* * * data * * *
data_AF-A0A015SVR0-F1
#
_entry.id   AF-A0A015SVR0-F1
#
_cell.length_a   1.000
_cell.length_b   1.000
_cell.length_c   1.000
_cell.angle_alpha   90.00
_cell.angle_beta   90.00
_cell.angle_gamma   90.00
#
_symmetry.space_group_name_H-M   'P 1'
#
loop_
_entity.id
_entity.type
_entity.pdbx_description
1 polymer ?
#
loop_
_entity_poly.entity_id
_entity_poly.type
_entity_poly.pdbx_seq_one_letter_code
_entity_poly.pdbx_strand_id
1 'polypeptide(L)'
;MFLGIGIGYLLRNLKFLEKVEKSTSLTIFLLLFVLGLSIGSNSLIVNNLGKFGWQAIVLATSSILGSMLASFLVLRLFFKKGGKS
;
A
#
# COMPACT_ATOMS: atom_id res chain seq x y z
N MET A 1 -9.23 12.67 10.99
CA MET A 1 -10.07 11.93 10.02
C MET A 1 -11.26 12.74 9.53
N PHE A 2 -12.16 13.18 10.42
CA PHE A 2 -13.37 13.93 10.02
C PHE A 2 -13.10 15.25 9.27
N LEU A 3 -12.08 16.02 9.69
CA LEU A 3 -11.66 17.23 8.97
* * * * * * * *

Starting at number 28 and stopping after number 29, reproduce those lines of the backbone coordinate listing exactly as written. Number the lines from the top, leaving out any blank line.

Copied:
A
#